Thursday, Feb 9, 2012
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Dynamic evolution in bryophyte sexual systems, presented by Dr. Stuart McDaniel, Assistant Professor of Biology, University of Florida
- 4:00 pm - 5:00 pm
The evolution of separate sexes (dioecy) has occurred numerous times across the tree of life. Nevertheless, the evolutionary forces that promote and maintain dioecy remain elusive. Here we found evidence for at least 133 transitions between sexual systems in mosses, representing an extremely high level of sexual lability. In sharp contrast to predictions, the transition rate from hermaphroditism to dioecy was twice as high as the reverse transition. These results have important implications for understanding the genomic and macroevolutionary consequences of hermaphroditism and dioecy.
Lecture by Joys Chueng (PhD '08), Visiting Assistant Professor Chinese Civilisation Centre, City University of Hong Kong
- Event Type:
- Lecture / Discussion (exclude)
- Confucius Institute at the University of Michigan
- 4:00 pm
- Michigan League
- Kalamazoo Room
The "Silk and Bamboo" (sizhu çµ²ç«¹) ensemble music of Shanghai is generally known as a traditional Chinese genre. Its sounds are commonly celebrated as embodying the Chinese ideals of harmoniousness and blendedness. Despite these traditional images, however, the genre established its present-day urban identity largely through modern developments in the early twentieth century, when Shanghai grew as a semi-colonial metropolitan. In this period, especially during the interwar decades, musical reformers of diverse visions and backgrounds were gathering increasing social and political capital to pursue their modernity agendas. Those who advocated Western classical music as the foundation of modern Chinese music clashed with those who defended the validity of native musical establishments and sounds. Many of the latter, whom I describe as defenders in the politics of Chinese musical modernity, drew from "Silk and Bamboo" music and ideals to maintain a refined Chineseness in the rapidly changing soundscape of modern China. But these defenders also embraced selected Western musical practices to pursue their modernity interests. In the lecture, I will examine the development and discourses of "Silk and Bamboo" music as a constitutive force of Chinese musical modernity. Development of the genre after 1949, especially in the past two decades, will also be discussed.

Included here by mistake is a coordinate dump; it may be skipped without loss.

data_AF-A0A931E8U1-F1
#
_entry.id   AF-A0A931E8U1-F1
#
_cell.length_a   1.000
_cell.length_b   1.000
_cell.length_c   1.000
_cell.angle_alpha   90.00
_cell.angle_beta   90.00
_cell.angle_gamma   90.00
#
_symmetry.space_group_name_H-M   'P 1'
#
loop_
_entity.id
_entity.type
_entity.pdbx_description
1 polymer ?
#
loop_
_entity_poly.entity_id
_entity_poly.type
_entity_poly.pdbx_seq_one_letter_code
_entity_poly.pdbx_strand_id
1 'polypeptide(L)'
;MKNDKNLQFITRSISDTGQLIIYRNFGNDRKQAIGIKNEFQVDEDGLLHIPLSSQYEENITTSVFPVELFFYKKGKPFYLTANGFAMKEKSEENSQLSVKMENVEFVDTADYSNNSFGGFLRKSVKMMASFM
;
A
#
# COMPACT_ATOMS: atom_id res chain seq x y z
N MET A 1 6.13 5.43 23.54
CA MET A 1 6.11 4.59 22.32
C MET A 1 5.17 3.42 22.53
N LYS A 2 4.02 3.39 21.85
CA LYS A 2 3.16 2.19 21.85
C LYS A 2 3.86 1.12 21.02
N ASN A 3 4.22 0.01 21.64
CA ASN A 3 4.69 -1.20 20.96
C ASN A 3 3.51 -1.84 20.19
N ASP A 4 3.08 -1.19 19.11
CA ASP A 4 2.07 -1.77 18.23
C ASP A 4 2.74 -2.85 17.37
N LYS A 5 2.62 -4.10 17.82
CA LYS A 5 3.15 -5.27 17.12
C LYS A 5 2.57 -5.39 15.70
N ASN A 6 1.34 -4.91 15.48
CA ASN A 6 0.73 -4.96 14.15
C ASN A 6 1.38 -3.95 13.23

Lecture is free and open to the public. Light refreshments will be served.
This lecture is organized in conjunction with
Performance by Chamber Ensemble of the Shanghai Chinese Orchestra
Presented by University Musical Society, sponsored by the Confucius Institute at U-M. Friday, February 10 | 8 pm Rackham Auditorium For tickets to the performance, please visit www.ums.org
Global Scholars Program - Monthly Lecture Series
- 5:00 pm - 6:30 pm
- Rackham Graduate School (Horace H.)
- Rackham Amphitheater
Juan R. I. Cole is Richard P. Mitchell Collegiate Professor of History at the University of Michigan. For three decades, he has sought to put the relationship of the West and the Muslim world in historical context. His most recent book is Engaging the Muslim World (Palgrave Macmillan, March, 2009). He has been a regular guest on PBS's Lehrer News Hour, and has also appeared on ABC Nightly News, Nightline, the Today Show, Charlie Rose, Anderson Cooper 360, Countdown with Keith Olbermann, Rachel Maddow, the Colbert Report, Democracy Now! and many others. He has written widely about Egypt, Iran, Iraq, and South Asia. He has commented extensively on al-Qaeda and the Taliban, the Iraq War, the politics of Pakistan and Afghanistan, and Iranian domestic struggles and foreign affairs. Cole commands Arabic, Persian and Urdu and reads some Turkish, knows both Middle Eastern and South Asian Islam. He lived in various parts of the Muslim world for nearly 10 years, and continues to travel widely there.”